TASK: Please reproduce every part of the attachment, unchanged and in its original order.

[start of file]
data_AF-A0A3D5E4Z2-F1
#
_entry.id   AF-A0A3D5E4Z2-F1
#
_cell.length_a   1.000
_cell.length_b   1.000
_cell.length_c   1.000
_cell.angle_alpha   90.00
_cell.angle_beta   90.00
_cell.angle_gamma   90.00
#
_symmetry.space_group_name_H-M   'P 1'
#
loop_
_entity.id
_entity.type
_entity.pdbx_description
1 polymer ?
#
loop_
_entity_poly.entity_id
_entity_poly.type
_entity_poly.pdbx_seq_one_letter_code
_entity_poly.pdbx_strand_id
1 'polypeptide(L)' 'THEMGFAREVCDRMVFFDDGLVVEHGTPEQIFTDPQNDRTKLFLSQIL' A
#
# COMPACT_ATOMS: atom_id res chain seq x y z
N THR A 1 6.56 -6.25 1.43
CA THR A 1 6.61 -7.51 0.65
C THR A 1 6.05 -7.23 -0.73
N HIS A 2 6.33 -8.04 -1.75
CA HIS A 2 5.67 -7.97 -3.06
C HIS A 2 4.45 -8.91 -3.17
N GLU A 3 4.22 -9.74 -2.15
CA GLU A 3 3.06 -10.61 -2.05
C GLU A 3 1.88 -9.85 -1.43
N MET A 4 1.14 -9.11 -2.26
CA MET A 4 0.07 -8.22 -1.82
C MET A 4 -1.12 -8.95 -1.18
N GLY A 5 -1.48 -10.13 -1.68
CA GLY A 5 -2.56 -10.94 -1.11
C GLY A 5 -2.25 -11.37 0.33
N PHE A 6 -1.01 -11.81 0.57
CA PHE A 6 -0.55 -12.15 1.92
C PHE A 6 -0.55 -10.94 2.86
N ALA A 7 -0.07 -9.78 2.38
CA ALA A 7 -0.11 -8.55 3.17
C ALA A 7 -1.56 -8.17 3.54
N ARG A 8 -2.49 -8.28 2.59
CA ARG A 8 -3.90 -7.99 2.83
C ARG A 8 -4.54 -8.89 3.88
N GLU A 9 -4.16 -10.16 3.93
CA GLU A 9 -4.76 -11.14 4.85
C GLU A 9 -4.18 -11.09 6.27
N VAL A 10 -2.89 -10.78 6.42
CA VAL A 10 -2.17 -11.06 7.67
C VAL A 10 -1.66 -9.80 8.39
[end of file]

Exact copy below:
data_AF-A0A3D5E4Z2-F1
#
_entry.id   AF-A0A3D5E4Z2-F1
#
_cell.length_a   1.000
_cell.length_b   1.000
_cell.length_c   1.000
_cell.angle_alpha   90.00
_cell.angle_beta   90.00
_cell.angle_gamma   90.00
#
_symmetry.space_group_name_H-M   'P 1'
#
loop_
_entity.id
_entity.type
_entity.pdbx_description
1 polymer ?
#
loop_
_entity_poly.entity_id
_entity_poly.type
_entity_poly.pdbx_seq_one_letter_code
_entity_poly.pdbx_strand_id
1 'polypeptide(L)' 'THEMGFAREVCDRMVFFDDGLVVEHGTPEQIFTDPQNDRTKLFLSQIL' A
#
# COMPACT_ATOMS: atom_id res chain seq x y z
N THR A 1 6.56 -6.25 1.43
CA THR A 1 6.61 -7.51 0.65
C THR A 1 6.05 -7.23 -0.73
N HIS A 2 6.33 -8.04 -1.75
CA HIS A 2 5.67 -7.97 -3.06
C HIS A 2 4.45 -8.91 -3.17
N GLU A 3 4.22 -9.74 -2.15
CA GLU A 3 3.06 -10.61 -2.05
C GLU A 3 1.88 -9.85 -1.43
N MET A 4 1.14 -9.11 -2.26
CA MET A 4 0.07 -8.22 -1.82
C MET A 4 -1.12 -8.95 -1.18
N GLY A 5 -1.48 -10.13 -1.68
CA GLY A 5 -2.56 -10.94 -1.11
C GLY A 5 -2.25 -11.37 0.33
N PHE A 6 -1.01 -11.81 0.57
CA PHE A 6 -0.55 -12.15 1.92
C PHE A 6 -0.55 -10.94 2.86
N ALA A 7 -0.07 -9.78 2.38
CA ALA A 7 -0.11 -8.55 3.17
C ALA A 7 -1.56 -8.17 3.54
N ARG A 8 -2.49 -8.28 2.59
CA ARG A 8 -3.90 -7.99 2.83
C ARG A 8 -4.54 -8.89 3.88
N GLU A 9 -4.16 -10.16 3.93
CA GLU A 9 -4.76 -11.14 4.85
C GLU A 9 -4.18 -11.09 6.27
N VAL A 10 -2.89 -10.78 6.42
CA VAL A 10 -2.17 -11.06 7.67
C VAL A 10 -1.66 -9.80 8.39